Cambridge Innovation Capital (CIC) has raised £50m to provide long-term equity finance to help companies bridge the so-called ‘valley of death’.
CIC was established with the support of the University of Cambridge to invest in early-stage technology spinouts from the University and the wider Cambridge cluster.
Investors included both institutional and strategic backers, with cornerstone investment from Invesco Perpetual and Lansdowne Partners. Limited partners also include the University of Cambridge Endowment Fund, ARM Holdings and IP Group. The University will also support CIC through its commercialisation office Cambridge Enterprise.
The aim is to help emerging companies in the Cambridge Cluster. With the University at its heart, the region boasts 19 science and business parks and over 1,500 high-tech companies across a wide range of technologies, from life sciences, to engineering and computer science.
The largest of these is smart phone and tablet computing company ARM, which has a long relationship with Cambridge and with the University, sponsoring individuals and initiatives such as Cambridge University Entrepreneurs, the launch of the Judge Business School and activities in the Computer Lab and the Engineering department.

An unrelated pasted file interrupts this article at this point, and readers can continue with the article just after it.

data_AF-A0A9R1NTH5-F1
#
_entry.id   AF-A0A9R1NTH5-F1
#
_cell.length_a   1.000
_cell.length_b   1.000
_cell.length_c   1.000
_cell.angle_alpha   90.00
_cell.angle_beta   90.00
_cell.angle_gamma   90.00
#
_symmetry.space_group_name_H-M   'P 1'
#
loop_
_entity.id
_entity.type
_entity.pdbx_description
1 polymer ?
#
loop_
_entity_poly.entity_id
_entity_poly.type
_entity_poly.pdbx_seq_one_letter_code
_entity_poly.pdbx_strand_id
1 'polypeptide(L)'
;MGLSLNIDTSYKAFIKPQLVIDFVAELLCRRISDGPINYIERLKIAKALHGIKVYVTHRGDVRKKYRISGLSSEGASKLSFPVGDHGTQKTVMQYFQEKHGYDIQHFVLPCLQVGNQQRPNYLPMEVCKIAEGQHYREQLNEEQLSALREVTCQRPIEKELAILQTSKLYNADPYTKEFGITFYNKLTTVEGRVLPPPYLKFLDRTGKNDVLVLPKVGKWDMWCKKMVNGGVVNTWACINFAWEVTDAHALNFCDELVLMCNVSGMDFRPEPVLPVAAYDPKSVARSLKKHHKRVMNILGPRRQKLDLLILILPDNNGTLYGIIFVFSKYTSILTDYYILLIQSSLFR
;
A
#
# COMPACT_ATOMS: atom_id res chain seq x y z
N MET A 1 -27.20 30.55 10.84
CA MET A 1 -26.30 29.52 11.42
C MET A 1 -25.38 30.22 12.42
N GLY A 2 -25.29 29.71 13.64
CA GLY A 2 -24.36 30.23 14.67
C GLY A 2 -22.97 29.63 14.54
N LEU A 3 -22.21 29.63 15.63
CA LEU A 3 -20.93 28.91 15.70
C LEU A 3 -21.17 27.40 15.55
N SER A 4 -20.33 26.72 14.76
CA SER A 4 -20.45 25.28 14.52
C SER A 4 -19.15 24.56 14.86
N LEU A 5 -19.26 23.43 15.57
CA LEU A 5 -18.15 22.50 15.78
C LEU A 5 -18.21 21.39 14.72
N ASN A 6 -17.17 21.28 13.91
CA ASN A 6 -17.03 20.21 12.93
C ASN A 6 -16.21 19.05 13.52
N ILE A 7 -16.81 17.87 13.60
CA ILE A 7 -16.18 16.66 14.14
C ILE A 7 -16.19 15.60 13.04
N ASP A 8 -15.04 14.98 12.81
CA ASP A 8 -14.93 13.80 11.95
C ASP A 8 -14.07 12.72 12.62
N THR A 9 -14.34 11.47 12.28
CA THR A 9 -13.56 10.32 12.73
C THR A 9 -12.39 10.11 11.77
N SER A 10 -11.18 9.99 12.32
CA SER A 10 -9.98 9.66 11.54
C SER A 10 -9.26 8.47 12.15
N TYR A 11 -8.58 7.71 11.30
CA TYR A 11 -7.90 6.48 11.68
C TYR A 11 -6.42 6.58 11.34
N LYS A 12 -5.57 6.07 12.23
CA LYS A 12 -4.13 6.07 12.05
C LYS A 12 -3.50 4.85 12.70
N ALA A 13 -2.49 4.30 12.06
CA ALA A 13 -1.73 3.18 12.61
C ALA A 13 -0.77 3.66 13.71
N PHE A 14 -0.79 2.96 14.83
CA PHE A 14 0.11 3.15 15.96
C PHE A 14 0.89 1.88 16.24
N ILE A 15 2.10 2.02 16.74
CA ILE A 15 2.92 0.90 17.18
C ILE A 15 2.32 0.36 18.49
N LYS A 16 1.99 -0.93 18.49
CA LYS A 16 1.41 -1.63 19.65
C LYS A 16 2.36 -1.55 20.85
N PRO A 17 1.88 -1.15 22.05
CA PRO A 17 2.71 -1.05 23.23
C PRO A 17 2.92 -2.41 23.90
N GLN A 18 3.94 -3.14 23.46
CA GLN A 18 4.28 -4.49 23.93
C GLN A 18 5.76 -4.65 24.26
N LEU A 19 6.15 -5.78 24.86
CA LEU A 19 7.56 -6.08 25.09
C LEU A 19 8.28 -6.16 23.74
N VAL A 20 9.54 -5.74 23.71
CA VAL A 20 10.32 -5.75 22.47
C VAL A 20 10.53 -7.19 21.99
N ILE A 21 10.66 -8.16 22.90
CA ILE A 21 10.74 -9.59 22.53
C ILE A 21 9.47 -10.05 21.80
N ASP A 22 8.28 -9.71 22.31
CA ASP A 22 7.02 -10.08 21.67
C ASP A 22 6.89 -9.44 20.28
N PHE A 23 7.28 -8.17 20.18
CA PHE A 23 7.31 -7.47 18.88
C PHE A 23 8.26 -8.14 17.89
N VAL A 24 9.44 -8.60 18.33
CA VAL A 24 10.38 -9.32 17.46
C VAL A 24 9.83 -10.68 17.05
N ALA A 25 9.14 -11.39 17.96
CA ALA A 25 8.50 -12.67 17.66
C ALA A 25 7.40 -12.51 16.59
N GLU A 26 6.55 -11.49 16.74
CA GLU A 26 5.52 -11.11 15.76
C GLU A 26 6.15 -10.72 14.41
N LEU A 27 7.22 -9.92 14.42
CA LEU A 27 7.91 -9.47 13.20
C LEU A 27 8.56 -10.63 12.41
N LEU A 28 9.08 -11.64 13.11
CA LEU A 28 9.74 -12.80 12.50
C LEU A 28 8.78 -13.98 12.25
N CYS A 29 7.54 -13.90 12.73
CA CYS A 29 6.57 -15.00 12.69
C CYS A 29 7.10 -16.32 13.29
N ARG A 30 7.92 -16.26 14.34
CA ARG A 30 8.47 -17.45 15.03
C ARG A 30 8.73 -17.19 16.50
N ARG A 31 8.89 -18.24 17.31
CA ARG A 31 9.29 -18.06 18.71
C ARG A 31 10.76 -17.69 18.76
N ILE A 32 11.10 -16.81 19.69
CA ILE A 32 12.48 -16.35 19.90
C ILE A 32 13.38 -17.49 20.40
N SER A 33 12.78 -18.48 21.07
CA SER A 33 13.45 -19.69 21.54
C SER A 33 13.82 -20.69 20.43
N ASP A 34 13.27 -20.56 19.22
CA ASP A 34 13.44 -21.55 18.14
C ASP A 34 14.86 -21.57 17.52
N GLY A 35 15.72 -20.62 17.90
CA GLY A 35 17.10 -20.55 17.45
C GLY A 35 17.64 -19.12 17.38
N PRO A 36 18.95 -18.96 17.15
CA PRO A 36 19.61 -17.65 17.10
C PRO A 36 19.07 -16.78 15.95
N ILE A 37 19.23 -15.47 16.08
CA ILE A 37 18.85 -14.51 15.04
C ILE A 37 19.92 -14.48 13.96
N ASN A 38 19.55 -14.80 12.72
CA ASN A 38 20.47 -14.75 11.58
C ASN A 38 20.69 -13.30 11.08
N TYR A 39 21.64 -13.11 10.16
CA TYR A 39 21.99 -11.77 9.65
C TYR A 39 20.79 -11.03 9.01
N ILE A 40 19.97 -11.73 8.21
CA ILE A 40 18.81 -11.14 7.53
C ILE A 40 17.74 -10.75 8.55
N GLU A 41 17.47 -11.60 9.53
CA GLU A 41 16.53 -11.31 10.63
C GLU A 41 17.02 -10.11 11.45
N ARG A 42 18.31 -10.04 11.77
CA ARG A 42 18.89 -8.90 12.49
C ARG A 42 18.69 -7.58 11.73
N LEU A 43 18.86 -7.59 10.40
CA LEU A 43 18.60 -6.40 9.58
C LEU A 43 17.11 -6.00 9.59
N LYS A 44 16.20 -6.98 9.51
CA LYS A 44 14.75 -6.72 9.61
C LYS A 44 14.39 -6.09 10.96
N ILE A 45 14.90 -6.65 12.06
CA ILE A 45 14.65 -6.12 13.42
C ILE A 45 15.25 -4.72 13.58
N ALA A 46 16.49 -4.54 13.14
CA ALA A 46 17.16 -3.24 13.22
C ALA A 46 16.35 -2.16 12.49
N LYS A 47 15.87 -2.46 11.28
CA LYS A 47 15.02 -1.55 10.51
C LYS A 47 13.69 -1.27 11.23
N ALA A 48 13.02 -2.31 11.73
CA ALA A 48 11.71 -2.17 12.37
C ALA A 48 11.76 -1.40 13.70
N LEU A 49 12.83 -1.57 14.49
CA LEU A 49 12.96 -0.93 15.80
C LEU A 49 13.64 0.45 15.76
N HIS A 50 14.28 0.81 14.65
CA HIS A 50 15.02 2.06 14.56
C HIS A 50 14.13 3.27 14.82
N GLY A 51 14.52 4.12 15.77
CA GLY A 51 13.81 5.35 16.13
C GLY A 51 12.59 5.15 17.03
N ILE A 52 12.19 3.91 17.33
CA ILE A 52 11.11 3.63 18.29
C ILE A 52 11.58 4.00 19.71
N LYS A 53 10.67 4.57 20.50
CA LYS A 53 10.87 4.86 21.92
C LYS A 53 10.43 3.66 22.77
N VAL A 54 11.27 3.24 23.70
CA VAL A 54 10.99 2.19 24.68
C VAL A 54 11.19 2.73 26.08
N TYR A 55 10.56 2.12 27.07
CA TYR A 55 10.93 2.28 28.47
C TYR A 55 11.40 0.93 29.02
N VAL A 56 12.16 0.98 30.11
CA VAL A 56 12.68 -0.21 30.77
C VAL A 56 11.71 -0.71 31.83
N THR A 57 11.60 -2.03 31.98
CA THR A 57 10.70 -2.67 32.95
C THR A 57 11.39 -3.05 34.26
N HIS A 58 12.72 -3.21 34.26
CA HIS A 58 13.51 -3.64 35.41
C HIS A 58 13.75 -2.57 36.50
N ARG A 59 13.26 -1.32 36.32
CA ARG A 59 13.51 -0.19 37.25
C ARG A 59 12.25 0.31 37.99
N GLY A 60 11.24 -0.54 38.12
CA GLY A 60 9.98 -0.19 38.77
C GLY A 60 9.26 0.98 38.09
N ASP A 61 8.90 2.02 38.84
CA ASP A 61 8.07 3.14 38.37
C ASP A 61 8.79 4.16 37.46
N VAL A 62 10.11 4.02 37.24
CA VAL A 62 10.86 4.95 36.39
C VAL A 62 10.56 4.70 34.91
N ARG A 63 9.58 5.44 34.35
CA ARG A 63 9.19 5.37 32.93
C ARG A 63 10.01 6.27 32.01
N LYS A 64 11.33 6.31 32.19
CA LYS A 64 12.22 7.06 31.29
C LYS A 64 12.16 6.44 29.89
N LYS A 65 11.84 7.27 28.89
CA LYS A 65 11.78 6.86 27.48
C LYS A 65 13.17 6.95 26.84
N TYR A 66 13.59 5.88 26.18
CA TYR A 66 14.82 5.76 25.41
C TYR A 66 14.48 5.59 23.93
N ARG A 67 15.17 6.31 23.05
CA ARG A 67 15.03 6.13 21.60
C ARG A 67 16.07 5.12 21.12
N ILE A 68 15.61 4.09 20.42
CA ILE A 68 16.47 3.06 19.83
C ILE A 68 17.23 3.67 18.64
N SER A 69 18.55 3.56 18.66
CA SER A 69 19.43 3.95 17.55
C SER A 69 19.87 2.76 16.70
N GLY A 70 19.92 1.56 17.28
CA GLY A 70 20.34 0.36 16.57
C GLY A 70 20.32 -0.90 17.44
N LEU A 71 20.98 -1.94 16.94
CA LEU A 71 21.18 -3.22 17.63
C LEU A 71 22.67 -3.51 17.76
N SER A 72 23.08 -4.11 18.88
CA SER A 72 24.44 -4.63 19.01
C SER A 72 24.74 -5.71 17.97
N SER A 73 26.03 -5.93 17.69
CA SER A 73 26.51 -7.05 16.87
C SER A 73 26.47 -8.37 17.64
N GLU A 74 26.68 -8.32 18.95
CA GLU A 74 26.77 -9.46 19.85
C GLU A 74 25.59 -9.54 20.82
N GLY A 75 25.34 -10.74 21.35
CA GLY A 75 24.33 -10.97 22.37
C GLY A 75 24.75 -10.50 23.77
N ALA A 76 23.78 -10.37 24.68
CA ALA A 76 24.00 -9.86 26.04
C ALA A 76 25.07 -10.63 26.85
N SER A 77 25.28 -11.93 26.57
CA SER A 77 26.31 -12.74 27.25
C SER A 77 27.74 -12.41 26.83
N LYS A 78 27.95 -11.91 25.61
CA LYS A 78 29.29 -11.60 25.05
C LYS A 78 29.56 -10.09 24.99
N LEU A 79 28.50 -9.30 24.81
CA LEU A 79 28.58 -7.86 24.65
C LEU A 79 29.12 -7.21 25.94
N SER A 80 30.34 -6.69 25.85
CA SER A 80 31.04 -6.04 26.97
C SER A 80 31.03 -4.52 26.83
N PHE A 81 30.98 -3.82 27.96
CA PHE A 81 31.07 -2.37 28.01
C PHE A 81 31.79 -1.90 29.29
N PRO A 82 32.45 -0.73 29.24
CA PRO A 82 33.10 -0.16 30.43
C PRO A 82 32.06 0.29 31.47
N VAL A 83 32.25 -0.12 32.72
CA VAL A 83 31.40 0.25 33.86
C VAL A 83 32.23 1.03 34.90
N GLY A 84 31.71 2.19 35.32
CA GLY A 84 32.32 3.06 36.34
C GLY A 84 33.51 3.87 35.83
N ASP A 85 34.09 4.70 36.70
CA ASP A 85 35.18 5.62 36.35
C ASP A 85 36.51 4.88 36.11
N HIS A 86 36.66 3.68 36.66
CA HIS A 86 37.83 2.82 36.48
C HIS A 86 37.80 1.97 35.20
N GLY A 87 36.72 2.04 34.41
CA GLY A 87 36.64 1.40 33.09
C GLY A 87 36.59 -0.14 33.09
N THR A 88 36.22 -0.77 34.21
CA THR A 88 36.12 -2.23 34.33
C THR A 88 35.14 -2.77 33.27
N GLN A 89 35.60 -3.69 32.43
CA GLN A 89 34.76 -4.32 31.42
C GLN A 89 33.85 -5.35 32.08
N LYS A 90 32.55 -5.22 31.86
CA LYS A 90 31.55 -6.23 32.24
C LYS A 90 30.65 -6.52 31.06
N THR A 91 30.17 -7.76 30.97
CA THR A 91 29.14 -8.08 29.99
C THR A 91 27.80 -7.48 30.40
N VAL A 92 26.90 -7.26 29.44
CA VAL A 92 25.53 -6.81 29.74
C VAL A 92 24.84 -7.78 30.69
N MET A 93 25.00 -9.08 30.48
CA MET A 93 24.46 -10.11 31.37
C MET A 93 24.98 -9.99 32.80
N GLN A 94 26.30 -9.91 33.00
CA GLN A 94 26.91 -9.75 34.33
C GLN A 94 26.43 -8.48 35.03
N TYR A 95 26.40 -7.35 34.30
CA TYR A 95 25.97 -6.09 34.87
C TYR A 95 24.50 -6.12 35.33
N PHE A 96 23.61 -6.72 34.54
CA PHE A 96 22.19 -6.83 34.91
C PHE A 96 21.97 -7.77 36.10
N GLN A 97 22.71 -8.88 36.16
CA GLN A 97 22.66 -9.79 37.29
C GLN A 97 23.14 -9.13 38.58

CIC’s management team is led by Peter Keen, an experienced technology investor and formerly co-founder of Merlin Biosciences. The board is led by non-executive chairman Edward Benthall, a former partner at private equity firm Charterhouse Capital Partners; and also includes Mike Muller, co-founder and chief technology officer of ARM, and Cambridge Enterprise chief executive Tony Raven.
CIC will seek to invest in companies across a wide range of technologies, at different stages in their development. Being a permanent capital vehicle, it will invest over a long time horizon and expects some of its investments to take a decade or more to reach maturity. It intends to invest its initial capital over a two to three year timescale, after which it will raise more capital, probably by means of an IPO, according to Benthall.
He said, “Many good companies have to spend too much time fundraising, leaving them with less time to focus on running their business. CIC will work with angel and other long term investors to bring innovative technologies to market and help build world-class businesses.”
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